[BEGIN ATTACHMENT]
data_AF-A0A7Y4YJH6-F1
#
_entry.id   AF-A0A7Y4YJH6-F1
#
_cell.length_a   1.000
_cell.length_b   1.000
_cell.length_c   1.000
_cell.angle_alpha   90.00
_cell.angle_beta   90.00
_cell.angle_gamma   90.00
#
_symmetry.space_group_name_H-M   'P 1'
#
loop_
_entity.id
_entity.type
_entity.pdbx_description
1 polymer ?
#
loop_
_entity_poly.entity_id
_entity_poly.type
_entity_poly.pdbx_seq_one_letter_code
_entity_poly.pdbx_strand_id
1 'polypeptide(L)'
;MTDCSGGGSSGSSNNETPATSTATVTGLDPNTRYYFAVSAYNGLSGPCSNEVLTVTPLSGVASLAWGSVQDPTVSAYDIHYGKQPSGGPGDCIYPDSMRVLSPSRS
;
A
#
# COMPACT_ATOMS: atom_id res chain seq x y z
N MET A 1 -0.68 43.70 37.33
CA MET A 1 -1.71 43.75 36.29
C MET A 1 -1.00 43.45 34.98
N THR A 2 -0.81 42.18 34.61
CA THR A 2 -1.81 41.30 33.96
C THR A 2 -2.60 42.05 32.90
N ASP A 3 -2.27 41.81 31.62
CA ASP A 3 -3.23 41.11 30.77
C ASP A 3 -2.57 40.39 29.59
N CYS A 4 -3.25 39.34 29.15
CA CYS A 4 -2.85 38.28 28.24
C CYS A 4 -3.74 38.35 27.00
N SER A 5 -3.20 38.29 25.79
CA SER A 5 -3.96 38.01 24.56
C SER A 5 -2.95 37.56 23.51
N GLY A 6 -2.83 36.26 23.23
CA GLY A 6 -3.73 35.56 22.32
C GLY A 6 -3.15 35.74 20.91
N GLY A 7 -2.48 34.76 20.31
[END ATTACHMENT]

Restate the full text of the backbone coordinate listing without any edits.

data_AF-A0A7Y4YJH6-F1
#
_entry.id   AF-A0A7Y4YJH6-F1
#
_cell.length_a   1.000
_cell.length_b   1.000
_cell.length_c   1.000
_cell.angle_alpha   90.00
_cell.angle_beta   90.00
_cell.angle_gamma   90.00
#
_symmetry.space_group_name_H-M   'P 1'
#
loop_
_entity.id
_entity.type
_entity.pdbx_description
1 polymer ?
#
loop_
_entity_poly.entity_id
_entity_poly.type
_entity_poly.pdbx_seq_one_letter_code
_entity_poly.pdbx_strand_id
1 'polypeptide(L)'
;MTDCSGGGSSGSSNNETPATSTATVTGLDPNTRYYFAVSAYNGLSGPCSNEVLTVTPLSGVASLAWGSVQDPTVSAYDIHYGKQPSGGPGDCIYPDSMRVLSPSRS
;
A
#
# COMPACT_ATOMS: atom_id res chain seq x y z
N MET A 1 -0.68 43.70 37.33
CA MET A 1 -1.71 43.75 36.29
C MET A 1 -1.00 43.45 34.98
N THR A 2 -0.81 42.18 34.61
CA THR A 2 -1.81 41.30 33.96
C THR A 2 -2.60 42.05 32.90
N ASP A 3 -2.27 41.81 31.62
CA ASP A 3 -3.23 41.11 30.77
C ASP A 3 -2.57 40.39 29.59
N CYS A 4 -3.25 39.34 29.15
CA CYS A 4 -2.85 38.28 28.24
C CYS A 4 -3.74 38.35 27.00
N SER A 5 -3.20 38.29 25.79
CA SER A 5 -3.96 38.01 24.56
C SER A 5 -2.95 37.56 23.51
N GLY A 6 -2.83 36.26 23.23
CA GLY A 6 -3.73 35.56 22.32
C GLY A 6 -3.15 35.74 20.91
N GLY A 7 -2.48 34.76 20.31